Ah, the problem with attention grabbing headlines. The exercise in question is NOT "the worst exercise you should never do," unless you are doing it wrong (pictured above), or have specific exercise needs that prevent you from doing it correctly. See, I read this article the other day that states, "It’s about time everyone knew the truth about crunches and why they aren’t the exercise for you." The headline, Six reasons you were right to hate crunches, definitely grabbed my attention, as my post tile here probably grabbed yours, but upon finishing the article and discussing it with my personal trainer and mentor, the piece left me with some serious concerns as both a certified personal trainer, and a journalist, and I want you to know the actual truth.
The article outlines six "reasons" why crunches are basically the worst exercise ever, but the reasons given describe ways of doing a crunch that are incorrect to begin with, and it does not give real direction for how to perform the suggested alternative exercises properly. I would like to show you how to do a crunch correctly, because a crunch done correctly can be useful for many (but not all) people! I'll also show you how to correctly perform some abdominal crunch alternatives, too.
Since I am more than halfway through my pregnancy now, it IS unsafe and uncomfortable for me to do most crunch-type exercises but my wonderful husband volunteered to demonstrate for you! Above he is showing you a sit-up, done badly. His abs are not engaged correctly, he has let his pelvic floor go, he is straining his neck and letting his lats (shoulders) go. In the article, the author describes,
"When performing a crunch, the work is being done by the superficial muscles in the abdomen and the hip flexors, which shorten and tighten with each repetition...Next time you are at the gym, watch people doing crunches and pay attention to their abdomen – you will notice the tummy pooches outward, which is the opposite of the so-called purpose of this exercise. You will also notice that the shoulders round, the head tucks forward, the butt tucks under and the breath is often held. This is disastrous to the core and pelvic floor and only serves to exacerbate the terrible posture we live in all day."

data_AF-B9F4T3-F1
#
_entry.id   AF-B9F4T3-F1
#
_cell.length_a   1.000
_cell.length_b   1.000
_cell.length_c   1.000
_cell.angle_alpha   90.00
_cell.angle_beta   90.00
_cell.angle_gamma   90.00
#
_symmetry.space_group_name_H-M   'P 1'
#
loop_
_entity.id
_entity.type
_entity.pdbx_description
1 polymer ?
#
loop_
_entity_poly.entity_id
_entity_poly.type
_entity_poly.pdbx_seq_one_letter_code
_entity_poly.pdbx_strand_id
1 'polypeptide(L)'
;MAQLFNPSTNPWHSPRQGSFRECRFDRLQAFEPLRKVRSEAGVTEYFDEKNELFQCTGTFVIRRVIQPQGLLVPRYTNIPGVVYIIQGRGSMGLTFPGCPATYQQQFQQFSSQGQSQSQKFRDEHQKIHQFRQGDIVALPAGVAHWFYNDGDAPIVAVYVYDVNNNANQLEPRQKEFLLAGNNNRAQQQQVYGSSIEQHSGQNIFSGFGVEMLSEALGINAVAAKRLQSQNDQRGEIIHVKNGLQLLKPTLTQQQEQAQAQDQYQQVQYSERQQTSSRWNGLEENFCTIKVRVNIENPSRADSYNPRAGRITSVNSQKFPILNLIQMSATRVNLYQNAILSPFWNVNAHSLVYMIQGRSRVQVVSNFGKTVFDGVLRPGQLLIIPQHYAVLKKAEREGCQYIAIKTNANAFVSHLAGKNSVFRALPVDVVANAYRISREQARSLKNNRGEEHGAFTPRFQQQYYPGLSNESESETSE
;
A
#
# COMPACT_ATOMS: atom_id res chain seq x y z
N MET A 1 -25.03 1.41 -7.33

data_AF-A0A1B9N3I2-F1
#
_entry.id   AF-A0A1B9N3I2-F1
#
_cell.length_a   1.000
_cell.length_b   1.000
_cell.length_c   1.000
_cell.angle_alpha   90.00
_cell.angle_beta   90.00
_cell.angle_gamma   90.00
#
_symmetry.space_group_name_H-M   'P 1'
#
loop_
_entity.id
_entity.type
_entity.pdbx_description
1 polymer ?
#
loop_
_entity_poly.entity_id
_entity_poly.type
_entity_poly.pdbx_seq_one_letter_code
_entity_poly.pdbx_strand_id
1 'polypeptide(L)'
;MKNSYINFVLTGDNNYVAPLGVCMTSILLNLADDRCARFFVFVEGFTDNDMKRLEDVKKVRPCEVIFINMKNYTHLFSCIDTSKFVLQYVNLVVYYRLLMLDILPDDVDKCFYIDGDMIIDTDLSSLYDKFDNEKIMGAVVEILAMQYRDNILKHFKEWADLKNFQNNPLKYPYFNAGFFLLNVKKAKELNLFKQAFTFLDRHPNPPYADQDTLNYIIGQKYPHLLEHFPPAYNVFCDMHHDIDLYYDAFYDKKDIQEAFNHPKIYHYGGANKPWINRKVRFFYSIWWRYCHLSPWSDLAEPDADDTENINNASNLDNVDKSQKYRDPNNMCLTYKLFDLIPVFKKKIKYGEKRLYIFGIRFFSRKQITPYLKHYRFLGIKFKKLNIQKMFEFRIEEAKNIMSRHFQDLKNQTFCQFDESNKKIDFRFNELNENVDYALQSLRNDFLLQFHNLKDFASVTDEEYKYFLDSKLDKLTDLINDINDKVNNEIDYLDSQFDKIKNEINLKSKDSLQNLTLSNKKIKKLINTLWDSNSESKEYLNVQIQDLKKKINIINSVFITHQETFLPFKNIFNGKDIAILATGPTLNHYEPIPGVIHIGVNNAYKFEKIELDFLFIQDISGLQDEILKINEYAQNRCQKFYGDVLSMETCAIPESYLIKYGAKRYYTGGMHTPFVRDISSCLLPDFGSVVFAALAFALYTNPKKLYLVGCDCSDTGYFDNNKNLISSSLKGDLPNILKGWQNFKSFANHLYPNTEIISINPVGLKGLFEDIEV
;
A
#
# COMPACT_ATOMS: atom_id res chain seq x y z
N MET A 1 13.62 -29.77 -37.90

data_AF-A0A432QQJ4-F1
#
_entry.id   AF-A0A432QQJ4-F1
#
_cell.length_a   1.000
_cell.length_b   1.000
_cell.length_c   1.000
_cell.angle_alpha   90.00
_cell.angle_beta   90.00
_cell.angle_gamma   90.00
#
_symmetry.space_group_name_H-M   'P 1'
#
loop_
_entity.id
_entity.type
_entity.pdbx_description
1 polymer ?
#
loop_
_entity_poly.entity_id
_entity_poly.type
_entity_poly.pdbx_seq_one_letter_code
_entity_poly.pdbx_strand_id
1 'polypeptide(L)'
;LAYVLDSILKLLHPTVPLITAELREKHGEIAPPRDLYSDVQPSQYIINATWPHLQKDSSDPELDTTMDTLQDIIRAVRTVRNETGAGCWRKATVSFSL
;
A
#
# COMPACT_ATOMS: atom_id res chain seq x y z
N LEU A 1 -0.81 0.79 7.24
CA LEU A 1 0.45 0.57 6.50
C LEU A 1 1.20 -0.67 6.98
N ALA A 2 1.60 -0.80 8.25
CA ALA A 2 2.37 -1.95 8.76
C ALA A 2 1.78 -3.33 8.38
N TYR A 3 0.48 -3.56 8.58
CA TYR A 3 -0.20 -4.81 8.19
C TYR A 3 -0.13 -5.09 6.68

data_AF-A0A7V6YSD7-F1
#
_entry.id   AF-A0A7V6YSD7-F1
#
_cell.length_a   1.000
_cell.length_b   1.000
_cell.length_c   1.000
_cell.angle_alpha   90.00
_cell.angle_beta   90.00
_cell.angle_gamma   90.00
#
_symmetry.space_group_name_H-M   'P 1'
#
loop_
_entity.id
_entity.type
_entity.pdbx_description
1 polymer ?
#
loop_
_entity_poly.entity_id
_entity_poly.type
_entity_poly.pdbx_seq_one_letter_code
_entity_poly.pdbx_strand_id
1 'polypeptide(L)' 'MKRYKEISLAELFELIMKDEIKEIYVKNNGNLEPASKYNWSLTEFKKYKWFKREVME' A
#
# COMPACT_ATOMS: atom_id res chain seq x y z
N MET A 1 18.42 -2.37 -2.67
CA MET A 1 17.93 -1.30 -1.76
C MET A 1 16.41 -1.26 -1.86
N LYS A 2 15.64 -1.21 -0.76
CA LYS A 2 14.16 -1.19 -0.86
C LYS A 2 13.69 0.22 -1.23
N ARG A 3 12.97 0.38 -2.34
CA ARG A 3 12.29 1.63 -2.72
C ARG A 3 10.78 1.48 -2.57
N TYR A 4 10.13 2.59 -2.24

What she is describing is what my husband is doing here. THIS IS NOT A CRUNCH!
A crunch, performed correctly, is a very small movement with minimal spinal flexion. To do one, you lay on the floor with your feet also flat on the floor, hip-width apart, and your finger tips behind your head in line with your ears. Placing your whole hand behind your head may make you apply pressure to your head and strain your neck so please avoid doing that.
First, you want to engage your lower abdominals - you can lightly press your lower back into the floor, drawing your belly-button in toward your spine and your ribs down towards your hip bones, to feel the correct muscles engage.
Then, using just your abs, still drawn in and engaged, lift your shoulders off the floor while keeping your shoulders away from your ears, aiming for a small crunch movement that does not make you curl your spine or use your hip flexors - those muscles at the front of your hips between your hip bone and the tops of your thighs. Your tummy stays engaged and flat, and the movement is not forced. Like this:
Lifting the shoulders off the floor while keeping all of your abdominals and your lats engaged is very challenging. By keeping the movement small and focusing on using all of the correct muscles, you can also keep your pelvic floor engaged (it's part of your core! Ladies, think Kegels. Gents, the muscle behind your man parts that your can feel tense and move up like an elevator going up into your pelvis), preventing the article's fear-inducing description,